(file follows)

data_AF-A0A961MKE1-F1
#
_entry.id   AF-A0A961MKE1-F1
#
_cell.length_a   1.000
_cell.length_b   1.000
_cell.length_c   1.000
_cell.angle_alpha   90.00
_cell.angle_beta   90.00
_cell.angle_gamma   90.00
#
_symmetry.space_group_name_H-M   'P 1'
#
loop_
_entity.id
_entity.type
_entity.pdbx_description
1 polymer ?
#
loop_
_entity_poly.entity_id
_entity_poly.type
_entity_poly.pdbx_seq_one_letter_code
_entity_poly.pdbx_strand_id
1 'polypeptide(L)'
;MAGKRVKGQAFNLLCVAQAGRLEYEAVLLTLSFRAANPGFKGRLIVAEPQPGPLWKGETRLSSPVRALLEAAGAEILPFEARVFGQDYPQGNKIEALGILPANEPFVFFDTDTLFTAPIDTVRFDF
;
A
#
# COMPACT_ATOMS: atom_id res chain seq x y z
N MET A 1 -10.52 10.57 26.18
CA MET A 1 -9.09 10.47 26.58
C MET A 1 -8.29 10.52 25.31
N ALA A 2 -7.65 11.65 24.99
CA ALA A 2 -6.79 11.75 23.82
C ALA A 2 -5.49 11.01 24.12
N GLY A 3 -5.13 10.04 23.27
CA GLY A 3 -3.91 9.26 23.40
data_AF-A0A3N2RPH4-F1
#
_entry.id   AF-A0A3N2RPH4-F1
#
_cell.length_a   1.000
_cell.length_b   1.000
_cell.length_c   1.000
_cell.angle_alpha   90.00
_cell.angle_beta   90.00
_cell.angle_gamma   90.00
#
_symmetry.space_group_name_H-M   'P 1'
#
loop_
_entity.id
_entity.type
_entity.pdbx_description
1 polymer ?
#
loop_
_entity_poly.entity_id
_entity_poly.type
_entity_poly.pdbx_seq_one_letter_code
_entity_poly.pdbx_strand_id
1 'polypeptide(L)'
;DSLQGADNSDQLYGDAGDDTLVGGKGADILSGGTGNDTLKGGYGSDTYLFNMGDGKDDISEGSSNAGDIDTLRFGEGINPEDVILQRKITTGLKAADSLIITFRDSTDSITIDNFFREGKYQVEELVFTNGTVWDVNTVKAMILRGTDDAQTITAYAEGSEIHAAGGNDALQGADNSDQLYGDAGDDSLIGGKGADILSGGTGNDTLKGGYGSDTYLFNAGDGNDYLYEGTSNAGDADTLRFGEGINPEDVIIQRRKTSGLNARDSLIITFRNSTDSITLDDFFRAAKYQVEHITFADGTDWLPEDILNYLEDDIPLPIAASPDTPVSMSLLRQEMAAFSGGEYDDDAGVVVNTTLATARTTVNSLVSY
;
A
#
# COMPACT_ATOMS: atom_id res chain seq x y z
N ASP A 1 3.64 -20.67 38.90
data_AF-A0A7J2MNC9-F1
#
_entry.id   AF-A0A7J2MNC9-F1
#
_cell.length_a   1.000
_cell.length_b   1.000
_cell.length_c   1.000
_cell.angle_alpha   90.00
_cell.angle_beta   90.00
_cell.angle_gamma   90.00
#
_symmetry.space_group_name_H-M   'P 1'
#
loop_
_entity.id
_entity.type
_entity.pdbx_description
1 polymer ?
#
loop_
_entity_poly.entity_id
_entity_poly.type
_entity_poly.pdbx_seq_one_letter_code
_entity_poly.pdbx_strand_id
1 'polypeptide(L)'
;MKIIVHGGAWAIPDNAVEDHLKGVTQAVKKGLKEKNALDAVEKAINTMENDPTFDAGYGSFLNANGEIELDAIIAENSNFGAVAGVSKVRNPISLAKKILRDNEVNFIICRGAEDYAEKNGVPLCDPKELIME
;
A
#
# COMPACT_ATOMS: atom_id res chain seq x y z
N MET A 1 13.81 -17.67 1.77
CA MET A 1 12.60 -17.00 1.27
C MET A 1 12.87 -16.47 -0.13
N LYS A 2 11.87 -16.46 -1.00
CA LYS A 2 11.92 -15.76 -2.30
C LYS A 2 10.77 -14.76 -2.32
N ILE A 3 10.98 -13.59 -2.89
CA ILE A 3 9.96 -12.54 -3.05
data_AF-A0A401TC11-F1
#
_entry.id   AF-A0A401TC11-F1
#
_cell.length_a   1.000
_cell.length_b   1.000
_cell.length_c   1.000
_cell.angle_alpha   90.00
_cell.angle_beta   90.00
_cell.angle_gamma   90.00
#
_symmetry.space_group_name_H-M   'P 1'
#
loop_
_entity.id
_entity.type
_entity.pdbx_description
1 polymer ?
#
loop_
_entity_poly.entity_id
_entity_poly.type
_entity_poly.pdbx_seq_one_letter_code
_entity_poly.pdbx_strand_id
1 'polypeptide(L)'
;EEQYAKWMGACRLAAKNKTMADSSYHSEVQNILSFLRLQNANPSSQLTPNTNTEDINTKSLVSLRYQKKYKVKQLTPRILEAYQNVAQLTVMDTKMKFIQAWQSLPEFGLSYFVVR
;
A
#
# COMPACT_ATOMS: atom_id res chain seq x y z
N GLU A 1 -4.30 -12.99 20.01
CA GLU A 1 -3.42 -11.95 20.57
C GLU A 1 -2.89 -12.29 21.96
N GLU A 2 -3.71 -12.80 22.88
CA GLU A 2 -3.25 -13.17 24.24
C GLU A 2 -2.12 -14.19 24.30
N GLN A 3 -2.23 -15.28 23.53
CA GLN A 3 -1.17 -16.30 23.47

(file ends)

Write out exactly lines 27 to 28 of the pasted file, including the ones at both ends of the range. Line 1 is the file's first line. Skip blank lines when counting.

;
A